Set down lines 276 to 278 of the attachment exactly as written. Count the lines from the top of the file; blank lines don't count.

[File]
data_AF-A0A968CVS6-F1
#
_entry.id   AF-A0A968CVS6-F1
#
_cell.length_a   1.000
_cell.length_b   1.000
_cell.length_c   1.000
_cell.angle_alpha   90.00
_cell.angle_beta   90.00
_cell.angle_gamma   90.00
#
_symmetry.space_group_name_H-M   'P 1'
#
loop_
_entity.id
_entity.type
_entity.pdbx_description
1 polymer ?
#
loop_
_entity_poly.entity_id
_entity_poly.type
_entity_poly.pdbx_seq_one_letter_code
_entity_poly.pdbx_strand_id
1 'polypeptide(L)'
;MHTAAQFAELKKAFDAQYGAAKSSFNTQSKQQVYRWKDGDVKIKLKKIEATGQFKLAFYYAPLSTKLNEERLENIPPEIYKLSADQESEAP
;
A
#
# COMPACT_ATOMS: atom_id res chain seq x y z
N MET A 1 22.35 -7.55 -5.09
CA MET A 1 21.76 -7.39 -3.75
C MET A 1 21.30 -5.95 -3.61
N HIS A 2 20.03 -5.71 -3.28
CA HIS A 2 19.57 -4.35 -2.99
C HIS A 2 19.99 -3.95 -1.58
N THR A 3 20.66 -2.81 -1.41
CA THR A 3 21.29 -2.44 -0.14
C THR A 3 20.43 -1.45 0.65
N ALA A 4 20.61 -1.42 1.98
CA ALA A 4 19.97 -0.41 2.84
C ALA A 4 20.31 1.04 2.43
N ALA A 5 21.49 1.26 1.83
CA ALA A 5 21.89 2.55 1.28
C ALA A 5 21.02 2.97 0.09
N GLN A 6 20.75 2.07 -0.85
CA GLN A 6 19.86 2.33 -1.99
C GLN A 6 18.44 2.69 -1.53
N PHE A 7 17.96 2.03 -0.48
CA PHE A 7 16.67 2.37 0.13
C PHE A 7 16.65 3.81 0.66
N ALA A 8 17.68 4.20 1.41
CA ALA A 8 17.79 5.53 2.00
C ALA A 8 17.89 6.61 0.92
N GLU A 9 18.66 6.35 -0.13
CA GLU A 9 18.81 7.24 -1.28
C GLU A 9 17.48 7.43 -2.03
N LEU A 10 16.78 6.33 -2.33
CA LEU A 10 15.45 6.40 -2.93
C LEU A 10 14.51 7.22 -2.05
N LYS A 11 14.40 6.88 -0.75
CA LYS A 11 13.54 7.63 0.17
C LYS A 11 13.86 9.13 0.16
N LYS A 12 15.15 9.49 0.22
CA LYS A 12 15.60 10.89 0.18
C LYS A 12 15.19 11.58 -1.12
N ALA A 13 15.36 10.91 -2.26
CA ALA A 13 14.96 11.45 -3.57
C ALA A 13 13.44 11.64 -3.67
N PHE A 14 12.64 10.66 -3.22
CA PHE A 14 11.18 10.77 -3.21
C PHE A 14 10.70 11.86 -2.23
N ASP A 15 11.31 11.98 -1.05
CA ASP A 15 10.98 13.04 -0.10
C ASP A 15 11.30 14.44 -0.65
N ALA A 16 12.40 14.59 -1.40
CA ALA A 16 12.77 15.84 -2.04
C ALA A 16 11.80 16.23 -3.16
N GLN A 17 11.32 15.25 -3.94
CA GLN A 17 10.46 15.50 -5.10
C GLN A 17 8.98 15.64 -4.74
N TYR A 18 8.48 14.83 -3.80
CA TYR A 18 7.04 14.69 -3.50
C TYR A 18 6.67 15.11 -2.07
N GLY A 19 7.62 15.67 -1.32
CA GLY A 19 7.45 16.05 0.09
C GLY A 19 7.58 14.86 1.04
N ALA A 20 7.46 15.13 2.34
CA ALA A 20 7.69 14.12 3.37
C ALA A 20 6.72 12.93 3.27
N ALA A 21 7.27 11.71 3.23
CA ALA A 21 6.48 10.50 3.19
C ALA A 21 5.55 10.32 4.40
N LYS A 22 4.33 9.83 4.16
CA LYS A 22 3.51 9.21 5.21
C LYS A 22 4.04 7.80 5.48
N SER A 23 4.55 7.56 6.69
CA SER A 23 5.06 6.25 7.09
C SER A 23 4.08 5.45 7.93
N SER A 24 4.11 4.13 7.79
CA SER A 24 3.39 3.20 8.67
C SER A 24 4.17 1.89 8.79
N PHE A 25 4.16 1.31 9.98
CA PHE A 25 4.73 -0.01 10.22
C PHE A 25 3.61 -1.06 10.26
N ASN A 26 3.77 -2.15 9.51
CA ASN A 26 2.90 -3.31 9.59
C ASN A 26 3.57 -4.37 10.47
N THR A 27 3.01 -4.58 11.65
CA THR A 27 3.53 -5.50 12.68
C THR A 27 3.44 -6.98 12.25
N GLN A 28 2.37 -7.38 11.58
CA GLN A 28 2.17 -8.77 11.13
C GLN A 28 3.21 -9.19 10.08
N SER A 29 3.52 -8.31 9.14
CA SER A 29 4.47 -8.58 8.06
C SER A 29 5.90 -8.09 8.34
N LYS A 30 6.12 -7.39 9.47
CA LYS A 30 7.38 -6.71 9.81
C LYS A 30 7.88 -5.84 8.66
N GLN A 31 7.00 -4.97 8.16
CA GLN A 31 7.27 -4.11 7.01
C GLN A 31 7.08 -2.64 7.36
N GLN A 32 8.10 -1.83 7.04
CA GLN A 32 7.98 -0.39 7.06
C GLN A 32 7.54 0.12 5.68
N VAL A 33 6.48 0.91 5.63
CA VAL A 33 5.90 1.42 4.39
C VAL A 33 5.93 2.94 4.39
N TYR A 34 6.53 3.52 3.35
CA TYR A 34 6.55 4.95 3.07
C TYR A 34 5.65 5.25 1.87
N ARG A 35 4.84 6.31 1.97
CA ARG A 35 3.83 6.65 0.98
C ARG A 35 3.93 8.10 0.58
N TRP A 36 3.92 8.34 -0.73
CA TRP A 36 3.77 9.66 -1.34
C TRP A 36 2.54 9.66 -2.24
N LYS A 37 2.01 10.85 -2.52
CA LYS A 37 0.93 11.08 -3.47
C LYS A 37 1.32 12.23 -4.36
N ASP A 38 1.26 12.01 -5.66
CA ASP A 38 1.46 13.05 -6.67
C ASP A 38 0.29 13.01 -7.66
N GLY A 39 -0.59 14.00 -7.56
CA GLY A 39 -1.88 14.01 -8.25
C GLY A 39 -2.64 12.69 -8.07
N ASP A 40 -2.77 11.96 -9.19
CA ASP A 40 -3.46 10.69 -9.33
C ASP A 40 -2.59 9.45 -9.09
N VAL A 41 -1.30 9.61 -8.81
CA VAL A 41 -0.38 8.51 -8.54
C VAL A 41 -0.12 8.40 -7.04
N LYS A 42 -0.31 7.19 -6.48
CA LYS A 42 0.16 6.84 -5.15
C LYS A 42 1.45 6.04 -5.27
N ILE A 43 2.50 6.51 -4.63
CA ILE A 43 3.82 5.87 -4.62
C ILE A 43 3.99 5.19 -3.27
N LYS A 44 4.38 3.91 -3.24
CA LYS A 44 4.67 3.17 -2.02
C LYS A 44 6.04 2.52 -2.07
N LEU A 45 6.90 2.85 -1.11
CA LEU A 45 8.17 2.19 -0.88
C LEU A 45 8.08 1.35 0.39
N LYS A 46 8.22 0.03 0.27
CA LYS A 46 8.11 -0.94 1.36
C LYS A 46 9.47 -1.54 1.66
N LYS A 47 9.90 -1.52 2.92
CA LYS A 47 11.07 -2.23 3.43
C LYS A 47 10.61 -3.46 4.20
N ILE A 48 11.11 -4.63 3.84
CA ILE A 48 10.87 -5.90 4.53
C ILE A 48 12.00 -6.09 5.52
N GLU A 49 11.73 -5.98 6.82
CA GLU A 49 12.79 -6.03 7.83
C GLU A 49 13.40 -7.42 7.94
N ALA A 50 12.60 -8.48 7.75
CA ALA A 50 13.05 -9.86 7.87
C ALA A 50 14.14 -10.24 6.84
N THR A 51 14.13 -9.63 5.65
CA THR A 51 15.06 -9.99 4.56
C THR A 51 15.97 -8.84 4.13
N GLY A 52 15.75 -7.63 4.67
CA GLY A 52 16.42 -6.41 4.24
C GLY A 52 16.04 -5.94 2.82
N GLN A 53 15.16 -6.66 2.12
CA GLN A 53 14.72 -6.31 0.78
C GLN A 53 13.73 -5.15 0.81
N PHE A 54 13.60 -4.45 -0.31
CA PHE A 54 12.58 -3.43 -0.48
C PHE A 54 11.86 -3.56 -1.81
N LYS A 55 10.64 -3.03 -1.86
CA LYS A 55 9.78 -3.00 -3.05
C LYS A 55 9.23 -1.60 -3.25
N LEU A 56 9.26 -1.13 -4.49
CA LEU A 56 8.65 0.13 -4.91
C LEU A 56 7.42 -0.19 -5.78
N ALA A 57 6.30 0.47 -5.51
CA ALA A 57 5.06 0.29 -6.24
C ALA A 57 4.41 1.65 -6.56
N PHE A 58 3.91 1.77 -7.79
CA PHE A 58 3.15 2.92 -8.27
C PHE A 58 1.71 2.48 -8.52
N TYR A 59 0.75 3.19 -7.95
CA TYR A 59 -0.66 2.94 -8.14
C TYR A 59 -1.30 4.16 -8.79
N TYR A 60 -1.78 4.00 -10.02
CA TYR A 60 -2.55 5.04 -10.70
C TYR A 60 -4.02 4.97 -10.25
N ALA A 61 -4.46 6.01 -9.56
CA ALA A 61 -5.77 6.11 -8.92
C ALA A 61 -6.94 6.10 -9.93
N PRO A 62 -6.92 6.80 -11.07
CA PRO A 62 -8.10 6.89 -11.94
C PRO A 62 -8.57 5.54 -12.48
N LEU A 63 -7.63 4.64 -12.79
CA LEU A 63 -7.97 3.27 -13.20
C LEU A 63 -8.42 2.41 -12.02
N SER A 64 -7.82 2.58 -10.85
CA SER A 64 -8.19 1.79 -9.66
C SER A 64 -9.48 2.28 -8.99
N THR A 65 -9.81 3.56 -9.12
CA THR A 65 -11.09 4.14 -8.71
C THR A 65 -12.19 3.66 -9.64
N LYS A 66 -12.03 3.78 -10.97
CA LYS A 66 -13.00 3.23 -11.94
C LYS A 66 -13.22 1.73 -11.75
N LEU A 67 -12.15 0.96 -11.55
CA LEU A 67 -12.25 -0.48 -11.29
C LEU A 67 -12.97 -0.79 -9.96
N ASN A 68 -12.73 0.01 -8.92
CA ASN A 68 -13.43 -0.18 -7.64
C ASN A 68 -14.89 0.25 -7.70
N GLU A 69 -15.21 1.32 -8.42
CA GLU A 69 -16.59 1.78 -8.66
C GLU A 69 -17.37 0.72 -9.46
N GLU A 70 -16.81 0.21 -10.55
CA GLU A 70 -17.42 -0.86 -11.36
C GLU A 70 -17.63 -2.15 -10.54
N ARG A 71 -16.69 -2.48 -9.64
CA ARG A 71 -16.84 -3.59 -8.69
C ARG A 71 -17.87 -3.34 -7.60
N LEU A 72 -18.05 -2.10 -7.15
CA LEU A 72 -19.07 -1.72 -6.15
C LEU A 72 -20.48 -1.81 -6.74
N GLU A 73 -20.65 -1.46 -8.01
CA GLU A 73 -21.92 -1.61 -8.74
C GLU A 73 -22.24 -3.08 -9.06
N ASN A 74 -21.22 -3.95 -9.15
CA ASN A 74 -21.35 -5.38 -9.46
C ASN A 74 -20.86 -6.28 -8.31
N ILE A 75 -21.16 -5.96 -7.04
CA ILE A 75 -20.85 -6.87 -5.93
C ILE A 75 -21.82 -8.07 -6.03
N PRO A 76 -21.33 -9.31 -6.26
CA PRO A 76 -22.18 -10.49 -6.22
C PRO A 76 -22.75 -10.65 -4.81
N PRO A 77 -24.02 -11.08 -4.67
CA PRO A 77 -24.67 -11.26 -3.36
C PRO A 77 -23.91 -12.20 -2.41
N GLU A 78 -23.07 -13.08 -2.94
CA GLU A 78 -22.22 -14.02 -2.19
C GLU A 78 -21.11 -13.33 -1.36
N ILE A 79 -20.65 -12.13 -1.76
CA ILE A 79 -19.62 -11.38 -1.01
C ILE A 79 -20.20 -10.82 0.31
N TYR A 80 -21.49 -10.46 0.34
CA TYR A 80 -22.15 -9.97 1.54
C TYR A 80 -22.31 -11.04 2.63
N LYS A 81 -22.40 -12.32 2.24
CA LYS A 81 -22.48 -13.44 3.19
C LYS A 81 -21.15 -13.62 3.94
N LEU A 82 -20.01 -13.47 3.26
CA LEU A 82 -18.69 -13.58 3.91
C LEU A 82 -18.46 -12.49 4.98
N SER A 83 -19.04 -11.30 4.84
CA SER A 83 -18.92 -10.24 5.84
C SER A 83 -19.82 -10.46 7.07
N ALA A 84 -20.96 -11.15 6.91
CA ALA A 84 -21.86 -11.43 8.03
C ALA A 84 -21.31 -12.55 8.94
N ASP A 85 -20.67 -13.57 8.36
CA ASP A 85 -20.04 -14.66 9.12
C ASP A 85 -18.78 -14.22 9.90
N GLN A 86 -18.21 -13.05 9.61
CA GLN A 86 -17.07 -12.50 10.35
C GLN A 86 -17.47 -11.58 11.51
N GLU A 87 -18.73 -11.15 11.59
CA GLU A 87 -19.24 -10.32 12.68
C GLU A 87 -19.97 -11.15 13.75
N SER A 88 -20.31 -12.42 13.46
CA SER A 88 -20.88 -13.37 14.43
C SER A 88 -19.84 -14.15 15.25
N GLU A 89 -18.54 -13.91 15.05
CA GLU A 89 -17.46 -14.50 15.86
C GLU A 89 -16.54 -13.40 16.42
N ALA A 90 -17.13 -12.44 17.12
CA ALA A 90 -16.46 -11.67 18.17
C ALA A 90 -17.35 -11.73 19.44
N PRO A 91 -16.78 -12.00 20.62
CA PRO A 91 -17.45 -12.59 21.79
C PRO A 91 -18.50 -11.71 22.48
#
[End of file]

C LEU A 82 -18.46 -12.49 4.98
N SER A 83 -19.04 -11.30 4.84
CA SER A 83 -18.92 -10.24 5.84